Learn how this natural zero-calorie sweetener stacks up against stevia

By Dr. Mike Roussell
March 30, 2013

Q: I've started seeing "monk fruit" listed on some lower-calorie foods I'm eating. What is this and how healthy (or unhealthy) is it?

A: Monk fruit extract is gaining popularity as a zero-calorie sweetener. It is being used in diet foods as well as being sold on its own as a sugar replacement under the name Nectresse.

Indigenous to southern China and northern Thailand, a monk fruit looks a little like a melon but is technically a gourd. The name comes from the fact that monks initially harvested it 800 years ago.

Unlike most fruits, monk fruit isn't sweet due to natural sugars. Instead it contains a unique type of antioxidant called mogroside that provides a level of sweetness upwards of 200 to 500 times greater than table sugar. This compound may do more than add a sugary taste, though: Researchers are looking into high doses of mogrosides in the treatment of cancer and diabetes, with one animal study showing that mogrosides improved fasting blood sugar levels in addition to increasing "good" HDL cholesterol.

There is nothing about monk fruit extract that I have seen which would suggest that it is unhealthy or has any negative side effects. However, monk fruit extract has not been approved for use by the FDA for very long: It only received GRAS (generally regarded as safe) status for use as a sweetener in 2009, so it does not have a long track record of use in America as a sweetener, and rigorous toxicity testing in humans has not been done. This does not mean that it is dangerous-no research to date suggests that it is-I just want you to know that human research on it is very limited at this point.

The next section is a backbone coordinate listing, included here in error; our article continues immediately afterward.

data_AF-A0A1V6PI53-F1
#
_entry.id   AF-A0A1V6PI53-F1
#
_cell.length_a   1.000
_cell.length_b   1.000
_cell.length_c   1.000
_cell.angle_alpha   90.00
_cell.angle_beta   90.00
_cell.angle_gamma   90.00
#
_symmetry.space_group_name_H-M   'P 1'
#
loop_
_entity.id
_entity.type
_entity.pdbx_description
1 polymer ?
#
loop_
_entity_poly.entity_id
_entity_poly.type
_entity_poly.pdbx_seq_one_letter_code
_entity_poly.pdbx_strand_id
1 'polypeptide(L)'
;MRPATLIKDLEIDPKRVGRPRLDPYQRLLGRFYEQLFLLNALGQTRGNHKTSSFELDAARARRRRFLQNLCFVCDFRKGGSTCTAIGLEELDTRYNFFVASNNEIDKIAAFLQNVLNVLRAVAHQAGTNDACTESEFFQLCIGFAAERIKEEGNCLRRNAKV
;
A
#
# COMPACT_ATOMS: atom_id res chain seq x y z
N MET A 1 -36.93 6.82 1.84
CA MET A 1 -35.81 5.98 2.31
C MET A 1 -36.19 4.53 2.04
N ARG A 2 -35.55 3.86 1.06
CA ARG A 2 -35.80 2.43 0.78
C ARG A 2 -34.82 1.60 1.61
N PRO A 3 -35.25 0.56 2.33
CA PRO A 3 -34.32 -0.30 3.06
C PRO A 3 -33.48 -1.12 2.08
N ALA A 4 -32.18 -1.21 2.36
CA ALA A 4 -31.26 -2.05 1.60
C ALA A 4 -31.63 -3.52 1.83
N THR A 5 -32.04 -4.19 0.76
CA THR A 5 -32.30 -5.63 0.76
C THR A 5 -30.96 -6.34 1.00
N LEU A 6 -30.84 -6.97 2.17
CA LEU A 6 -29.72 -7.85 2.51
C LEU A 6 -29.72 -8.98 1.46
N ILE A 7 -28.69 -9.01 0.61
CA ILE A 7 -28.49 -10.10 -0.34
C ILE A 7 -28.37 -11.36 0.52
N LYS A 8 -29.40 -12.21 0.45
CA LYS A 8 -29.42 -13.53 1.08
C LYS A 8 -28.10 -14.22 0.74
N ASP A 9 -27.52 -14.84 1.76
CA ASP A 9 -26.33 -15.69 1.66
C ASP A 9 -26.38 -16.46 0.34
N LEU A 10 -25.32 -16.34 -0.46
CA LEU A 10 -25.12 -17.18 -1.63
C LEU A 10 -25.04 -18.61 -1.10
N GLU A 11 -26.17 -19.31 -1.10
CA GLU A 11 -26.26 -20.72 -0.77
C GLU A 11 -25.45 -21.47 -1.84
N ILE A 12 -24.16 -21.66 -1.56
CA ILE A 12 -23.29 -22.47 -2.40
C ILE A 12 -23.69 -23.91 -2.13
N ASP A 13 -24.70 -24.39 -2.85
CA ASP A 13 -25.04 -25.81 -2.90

If you are looking for a natural zero-calorie sweetener, don't respond well to xylitol (it can cause GI upset in some people), and don't like the taste of stevia, then monk fruit extract is something for you to try. Just keep in mind that like stevia, xylitol, and sucralose, monk fruit extract does not taste exactly like sugar, so you'll need to taste for yourself if it is a suitable replacement for you.